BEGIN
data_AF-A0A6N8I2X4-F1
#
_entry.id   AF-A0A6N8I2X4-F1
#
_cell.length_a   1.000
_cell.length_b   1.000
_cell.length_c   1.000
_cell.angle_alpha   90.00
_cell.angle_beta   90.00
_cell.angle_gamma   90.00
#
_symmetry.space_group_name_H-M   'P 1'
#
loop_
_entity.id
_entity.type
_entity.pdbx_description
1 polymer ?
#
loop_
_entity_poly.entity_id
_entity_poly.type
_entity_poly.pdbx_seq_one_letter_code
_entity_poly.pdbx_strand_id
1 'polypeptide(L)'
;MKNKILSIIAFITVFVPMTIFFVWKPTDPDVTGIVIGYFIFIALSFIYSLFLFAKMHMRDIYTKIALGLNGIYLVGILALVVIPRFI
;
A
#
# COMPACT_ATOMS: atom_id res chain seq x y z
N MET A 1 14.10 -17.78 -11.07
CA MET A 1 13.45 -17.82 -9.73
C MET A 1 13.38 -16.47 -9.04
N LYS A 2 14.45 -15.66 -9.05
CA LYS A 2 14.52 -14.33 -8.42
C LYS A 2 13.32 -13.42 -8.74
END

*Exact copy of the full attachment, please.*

data_AF-A0A6N8I2X4-F1
#
_entry.id   AF-A0A6N8I2X4-F1
#
_cell.length_a   1.000
_cell.length_b   1.000
_cell.length_c   1.000
_cell.angle_alpha   90.00
_cell.angle_beta   90.00
_cell.angle_gamma   90.00
#
_symmetry.space_group_name_H-M   'P 1'
#
loop_
_entity.id
_entity.type
_entity.pdbx_description
1 polymer ?
#
loop_
_entity_poly.entity_id
_entity_poly.type
_entity_poly.pdbx_seq_one_letter_code
_entity_poly.pdbx_strand_id
1 'polypeptide(L)'
;MKNKILSIIAFITVFVPMTIFFVWKPTDPDVTGIVIGYFIFIALSFIYSLFLFAKMHMRDIYTKIALGLNGIYLVGILALVVIPRFI
;
A
#
# COMPACT_ATOMS: atom_id res chain seq x y z
N MET A 1 14.10 -17.78 -11.07
CA MET A 1 13.45 -17.82 -9.73
C MET A 1 13.38 -16.47 -9.04
N LYS A 2 14.45 -15.66 -9.05
CA LYS A 2 14.52 -14.33 -8.42
C LYS A 2 13.32 -13.42 -8.74